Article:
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Chinese Opera 19
Bangkok
By Biel Calderon
24 Sep 2014

A performer plays with the youngest member of the company on the stage before the show.

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Chinese Opera 18
Bangkok
By Biel Calderon
24 Sep 2014

Lao San Zian Sung performers smoke cigarettes and relax prior to hitting the stage.

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Chinese Opera 17
Bangkok
By Biel Calderon
24 Sep 2014

A member of Lao San Zian Sung applies makeup backstage. Chinese opera has been performed for hundreds of years.

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Chinese Opera 25
Bangkok
By Biel Calderon
24 Sep 2014

A member of Lao San Zian Sung and his son, who sometimes also plays at the shows, are seen at the backstage. Some members of the company, aside of being colleagues, also are relatives.

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Chinese Opera 24
Bangkok
By Biel Calderon
24 Sep 2014

A member of Lao San Zian Sung applies makeup backstage. They spend several hours getting ready for the show.

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Chinese Opera 23
Bangkok
By Biel Calderon
24 Sep 2014

A member of Lao San Zian Sung applies makeup backstage. They spend several hours getting ready for the show.

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Chinese Opera 22
Bangkok
By Biel Calderon
24 Sep 2014

A member of Lao San Zian Sung applies makeup backstage.

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Chinese Opera 16
Bangkok
By Biel Calderon
24 Sep 2014

Lao San Zian Sung performers relax prior to hitting the stage.

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Chinese Opera 14
Bangkok
By Biel Calderon
24 Sep 2014

A Chinese opera performer is seen in the mirror while applying makeup. Each mask color has a different meaning. They are used to portray a character's role and illustrate their emotional state.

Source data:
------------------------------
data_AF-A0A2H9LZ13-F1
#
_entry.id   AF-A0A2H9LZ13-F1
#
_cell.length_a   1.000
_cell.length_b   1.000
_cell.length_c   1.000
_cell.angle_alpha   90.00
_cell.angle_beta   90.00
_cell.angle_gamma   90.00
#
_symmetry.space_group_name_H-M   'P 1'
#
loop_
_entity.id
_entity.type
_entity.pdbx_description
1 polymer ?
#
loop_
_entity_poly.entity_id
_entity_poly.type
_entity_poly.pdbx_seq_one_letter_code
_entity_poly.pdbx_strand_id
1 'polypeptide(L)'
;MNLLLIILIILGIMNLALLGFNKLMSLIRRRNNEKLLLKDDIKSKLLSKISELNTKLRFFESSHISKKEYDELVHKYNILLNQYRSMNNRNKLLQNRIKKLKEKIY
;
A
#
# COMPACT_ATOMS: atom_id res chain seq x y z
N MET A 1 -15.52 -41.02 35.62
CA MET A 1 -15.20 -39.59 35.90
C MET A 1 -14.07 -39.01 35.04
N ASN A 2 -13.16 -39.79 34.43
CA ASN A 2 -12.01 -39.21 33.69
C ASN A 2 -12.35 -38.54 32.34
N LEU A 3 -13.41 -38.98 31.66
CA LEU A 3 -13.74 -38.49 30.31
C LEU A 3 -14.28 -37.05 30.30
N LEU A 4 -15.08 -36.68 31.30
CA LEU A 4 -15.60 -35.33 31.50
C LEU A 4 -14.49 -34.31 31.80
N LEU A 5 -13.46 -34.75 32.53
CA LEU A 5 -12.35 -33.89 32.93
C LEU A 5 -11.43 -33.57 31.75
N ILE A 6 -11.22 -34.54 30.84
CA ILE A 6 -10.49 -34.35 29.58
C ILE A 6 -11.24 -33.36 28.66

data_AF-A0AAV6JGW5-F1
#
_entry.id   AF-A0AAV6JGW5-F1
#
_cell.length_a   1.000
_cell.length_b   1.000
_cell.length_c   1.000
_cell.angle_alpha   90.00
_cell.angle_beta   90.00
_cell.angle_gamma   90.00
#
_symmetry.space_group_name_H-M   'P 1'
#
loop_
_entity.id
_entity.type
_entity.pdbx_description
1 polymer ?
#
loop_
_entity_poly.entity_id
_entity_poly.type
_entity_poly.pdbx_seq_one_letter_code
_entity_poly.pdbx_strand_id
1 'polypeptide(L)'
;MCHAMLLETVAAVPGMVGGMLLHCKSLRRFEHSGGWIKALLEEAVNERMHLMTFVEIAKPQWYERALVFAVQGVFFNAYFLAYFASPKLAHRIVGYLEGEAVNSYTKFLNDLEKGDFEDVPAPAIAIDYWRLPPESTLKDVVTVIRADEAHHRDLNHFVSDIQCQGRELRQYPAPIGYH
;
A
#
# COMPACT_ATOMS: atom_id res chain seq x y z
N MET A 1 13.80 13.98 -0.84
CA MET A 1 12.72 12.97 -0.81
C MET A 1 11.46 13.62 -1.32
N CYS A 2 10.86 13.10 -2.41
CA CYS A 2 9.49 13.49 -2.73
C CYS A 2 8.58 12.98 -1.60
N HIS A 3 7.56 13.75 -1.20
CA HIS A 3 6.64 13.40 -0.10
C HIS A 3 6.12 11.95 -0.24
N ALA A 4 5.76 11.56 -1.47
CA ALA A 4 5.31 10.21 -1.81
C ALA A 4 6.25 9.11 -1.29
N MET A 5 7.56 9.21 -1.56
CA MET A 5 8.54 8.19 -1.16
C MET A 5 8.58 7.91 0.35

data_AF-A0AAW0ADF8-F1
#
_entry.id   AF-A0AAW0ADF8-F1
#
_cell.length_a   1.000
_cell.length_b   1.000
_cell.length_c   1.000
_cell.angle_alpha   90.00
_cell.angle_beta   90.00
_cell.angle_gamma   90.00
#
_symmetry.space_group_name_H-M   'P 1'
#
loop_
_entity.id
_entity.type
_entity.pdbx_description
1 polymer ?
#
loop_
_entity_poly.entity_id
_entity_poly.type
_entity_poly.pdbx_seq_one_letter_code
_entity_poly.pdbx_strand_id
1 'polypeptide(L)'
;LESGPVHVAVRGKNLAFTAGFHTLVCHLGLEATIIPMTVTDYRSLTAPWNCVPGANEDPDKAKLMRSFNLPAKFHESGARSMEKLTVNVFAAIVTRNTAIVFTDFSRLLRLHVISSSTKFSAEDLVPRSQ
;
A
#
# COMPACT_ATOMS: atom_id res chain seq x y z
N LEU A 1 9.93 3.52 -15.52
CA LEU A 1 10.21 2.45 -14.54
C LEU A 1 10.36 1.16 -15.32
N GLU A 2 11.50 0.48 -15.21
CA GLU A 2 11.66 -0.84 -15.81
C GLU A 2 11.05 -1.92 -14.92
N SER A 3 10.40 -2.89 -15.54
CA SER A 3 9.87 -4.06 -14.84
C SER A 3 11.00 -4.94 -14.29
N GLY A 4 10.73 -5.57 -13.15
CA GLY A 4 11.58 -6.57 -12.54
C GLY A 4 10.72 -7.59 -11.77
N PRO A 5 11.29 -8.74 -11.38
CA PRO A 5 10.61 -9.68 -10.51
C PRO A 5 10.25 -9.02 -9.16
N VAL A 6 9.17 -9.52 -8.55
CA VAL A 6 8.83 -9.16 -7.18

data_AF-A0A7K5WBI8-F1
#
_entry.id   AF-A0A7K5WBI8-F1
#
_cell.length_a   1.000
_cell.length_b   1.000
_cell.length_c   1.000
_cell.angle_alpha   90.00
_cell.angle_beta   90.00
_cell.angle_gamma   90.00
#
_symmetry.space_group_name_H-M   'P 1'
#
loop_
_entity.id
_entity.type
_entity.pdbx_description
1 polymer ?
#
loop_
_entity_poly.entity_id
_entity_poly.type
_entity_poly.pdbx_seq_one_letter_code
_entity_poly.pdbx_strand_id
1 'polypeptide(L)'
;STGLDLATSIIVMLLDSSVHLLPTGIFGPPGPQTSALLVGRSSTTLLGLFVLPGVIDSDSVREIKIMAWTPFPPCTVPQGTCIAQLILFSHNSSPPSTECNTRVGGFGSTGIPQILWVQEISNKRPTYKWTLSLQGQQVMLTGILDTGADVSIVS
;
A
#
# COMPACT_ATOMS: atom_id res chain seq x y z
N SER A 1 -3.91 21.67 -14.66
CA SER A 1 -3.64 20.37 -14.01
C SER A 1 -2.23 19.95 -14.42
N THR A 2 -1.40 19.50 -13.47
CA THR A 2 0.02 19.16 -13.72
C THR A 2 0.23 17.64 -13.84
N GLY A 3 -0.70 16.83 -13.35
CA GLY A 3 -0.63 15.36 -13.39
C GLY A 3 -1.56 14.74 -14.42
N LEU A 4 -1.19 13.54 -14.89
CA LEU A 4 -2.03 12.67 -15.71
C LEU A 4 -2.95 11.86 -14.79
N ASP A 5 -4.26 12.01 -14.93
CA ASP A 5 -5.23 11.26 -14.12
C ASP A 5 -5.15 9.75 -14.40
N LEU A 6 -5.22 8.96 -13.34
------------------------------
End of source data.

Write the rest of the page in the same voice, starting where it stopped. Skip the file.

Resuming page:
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Chinese Opera 13
Bangkok
By Biel Calderon
24 Sep 2014

A member of Lao San Zian Sung is seen on stage lowering the curtains to prepare for the next show.

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Chinese Opera 12
Bangkok
By Biel Calderon
24 Sep 2014

A member of Lao San Zian Sung performs Chinese opera during the Vegetarian Festival in the heart of Bangkok's Chinatown. A show can run for five to six hours.

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Chinese Opera 11
Bangkok
By Biel Calderon
24 Sep 2014

Members of Lao San Zian Sung performs Chinese opera during the Vegetarian Festival in the heart of Chinatown's Bangkok. Their shows usually run for five to six hours. The itinerant Thai-Chinese opera troupe The Lao San Zian Sung Thai-Chinese opera troupe has been performing since the mid-1960s.

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Chinese Opera 09
Bangkok
By Biel Calderon
24 Sep 2014

A thai little girl carefully watches a play by the members of Lao San Zian Sung.

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Chinese Opera 08
Bangkok
By Biel Calderon
24 Sep 2014

A member of Lao San Zian Sung is seen in the backstage ready with her makeup and costume to take part in the show. Despite busy activity backstage, performers always remain in character.

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Chinese Opera 04
Bangkok
By Biel Calderon
24 Sep 2014

A member of Lao San Zian Sung waits his turn to take part in the show.

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Chinese Opera 02
Bangkok
By Biel Calderon
24 Sep 2014

A member of Lao San Zian Sung gets ready backstage. Performers need to be physically and mentally ready since the show lasts for hours.

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Chinese Opera 01
Bangkok
By Biel Calderon